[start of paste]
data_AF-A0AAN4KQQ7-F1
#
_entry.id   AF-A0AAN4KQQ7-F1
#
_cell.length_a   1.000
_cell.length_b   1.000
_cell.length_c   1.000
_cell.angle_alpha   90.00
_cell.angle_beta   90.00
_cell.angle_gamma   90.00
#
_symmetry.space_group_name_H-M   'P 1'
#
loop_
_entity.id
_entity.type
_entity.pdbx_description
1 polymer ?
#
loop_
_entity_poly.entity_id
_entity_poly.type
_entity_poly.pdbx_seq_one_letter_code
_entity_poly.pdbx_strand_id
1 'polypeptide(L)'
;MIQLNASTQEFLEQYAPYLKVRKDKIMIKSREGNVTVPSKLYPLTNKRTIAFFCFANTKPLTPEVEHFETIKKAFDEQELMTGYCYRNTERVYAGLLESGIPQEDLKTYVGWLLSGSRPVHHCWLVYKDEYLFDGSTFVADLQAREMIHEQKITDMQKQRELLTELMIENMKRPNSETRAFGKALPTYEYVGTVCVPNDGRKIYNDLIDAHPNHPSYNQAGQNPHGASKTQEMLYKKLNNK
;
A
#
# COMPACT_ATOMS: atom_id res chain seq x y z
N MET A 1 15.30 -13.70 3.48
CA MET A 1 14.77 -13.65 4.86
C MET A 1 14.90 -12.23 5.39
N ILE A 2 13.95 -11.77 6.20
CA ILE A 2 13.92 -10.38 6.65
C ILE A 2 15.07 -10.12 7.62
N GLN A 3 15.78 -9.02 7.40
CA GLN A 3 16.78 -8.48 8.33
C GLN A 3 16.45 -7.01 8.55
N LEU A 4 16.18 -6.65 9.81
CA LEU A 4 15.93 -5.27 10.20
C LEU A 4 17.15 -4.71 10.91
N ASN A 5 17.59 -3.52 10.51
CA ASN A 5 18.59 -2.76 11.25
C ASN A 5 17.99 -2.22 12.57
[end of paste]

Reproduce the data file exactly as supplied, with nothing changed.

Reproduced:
data_AF-A0AAN4KQQ7-F1
#
_entry.id   AF-A0AAN4KQQ7-F1
#
_cell.length_a   1.000
_cell.length_b   1.000
_cell.length_c   1.000
_cell.angle_alpha   90.00
_cell.angle_beta   90.00
_cell.angle_gamma   90.00
#
_symmetry.space_group_name_H-M   'P 1'
#
loop_
_entity.id
_entity.type
_entity.pdbx_description
1 polymer ?
#
loop_
_entity_poly.entity_id
_entity_poly.type
_entity_poly.pdbx_seq_one_letter_code
_entity_poly.pdbx_strand_id
1 'polypeptide(L)'
;MIQLNASTQEFLEQYAPYLKVRKDKIMIKSREGNVTVPSKLYPLTNKRTIAFFCFANTKPLTPEVEHFETIKKAFDEQELMTGYCYRNTERVYAGLLESGIPQEDLKTYVGWLLSGSRPVHHCWLVYKDEYLFDGSTFVADLQAREMIHEQKITDMQKQRELLTELMIENMKRPNSETRAFGKALPTYEYVGTVCVPNDGRKIYNDLIDAHPNHPSYNQAGQNPHGASKTQEMLYKKLNNK
;
A
#
# COMPACT_ATOMS: atom_id res chain seq x y z
N MET A 1 15.30 -13.70 3.48
CA MET A 1 14.77 -13.65 4.86
C MET A 1 14.90 -12.23 5.39
N ILE A 2 13.95 -11.77 6.20
CA ILE A 2 13.92 -10.38 6.65
C ILE A 2 15.07 -10.12 7.62
N GLN A 3 15.78 -9.02 7.40
CA GLN A 3 16.78 -8.48 8.33
C GLN A 3 16.45 -7.01 8.55
N LEU A 4 16.18 -6.65 9.81
CA LEU A 4 15.93 -5.27 10.20
C LEU A 4 17.15 -4.71 10.91
N ASN A 5 17.59 -3.52 10.51
CA ASN A 5 18.59 -2.76 11.25
C ASN A 5 17.99 -2.22 12.57